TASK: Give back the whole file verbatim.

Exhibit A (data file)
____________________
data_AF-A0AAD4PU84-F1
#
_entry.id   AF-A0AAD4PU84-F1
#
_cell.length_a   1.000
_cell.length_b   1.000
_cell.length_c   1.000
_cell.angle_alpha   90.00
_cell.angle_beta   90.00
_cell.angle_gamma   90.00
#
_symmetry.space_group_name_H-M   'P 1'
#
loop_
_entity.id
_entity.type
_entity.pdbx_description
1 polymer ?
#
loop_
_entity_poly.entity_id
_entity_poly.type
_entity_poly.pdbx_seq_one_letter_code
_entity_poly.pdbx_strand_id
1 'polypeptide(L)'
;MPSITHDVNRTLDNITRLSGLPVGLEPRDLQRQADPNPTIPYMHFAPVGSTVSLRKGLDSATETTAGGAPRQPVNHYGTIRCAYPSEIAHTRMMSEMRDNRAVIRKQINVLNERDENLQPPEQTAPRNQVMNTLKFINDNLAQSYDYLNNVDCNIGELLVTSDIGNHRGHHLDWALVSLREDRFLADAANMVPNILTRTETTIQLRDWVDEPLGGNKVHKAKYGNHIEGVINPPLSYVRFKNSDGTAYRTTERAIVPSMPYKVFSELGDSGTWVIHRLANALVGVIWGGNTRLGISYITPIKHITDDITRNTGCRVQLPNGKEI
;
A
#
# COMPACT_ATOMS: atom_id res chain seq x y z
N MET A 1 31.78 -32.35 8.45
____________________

data_AF-A0AAD4PU84-F1
#
_entry.id   AF-A0AAD4PU84-F1
#
_cell.length_a   1.000
_cell.length_b   1.000
_cell.length_c   1.000
_cell.angle_alpha   90.00
_cell.angle_beta   90.00
_cell.angle_gamma   90.00
#
_symmetry.space_group_name_H-M   'P 1'
#
loop_
_entity.id
_entity.type
_entity.pdbx_description
1 polymer ?
#
loop_
_entity_poly.entity_id
_entity_poly.type
_entity_poly.pdbx_seq_one_letter_code
_entity_poly.pdbx_strand_id
1 'polypeptide(L)'
;MPSITHDVNRTLDNITRLSGLPVGLEPRDLQRQADPNPTIPYMHFAPVGSTVSLRKGLDSATETTAGGAPRQPVNHYGTIRCAYPSEIAHTRMMSEMRDNRAVIRKQINVLNERDENLQPPEQTAPRNQVMNTLKFINDNLAQSYDYLNNVDCNIGELLVTSDIGNHRGHHLDWALVSLREDRFLADAANMVPNILTRTETTIQLRDWVDEPLGGNKVHKAKYGNHIEGVINPPLSYVRFKNSDGTAYRTTERAIVPSMPYKVFSELGDSGTWVIHRLANALVGVIWGGNTRLGISYITPIKHITDDITRNTGCRVQLPNGKEI
;
A
#
# COMPACT_ATOMS: atom_id res chain seq x y z
N MET A 1 31.78 -32.35 8.45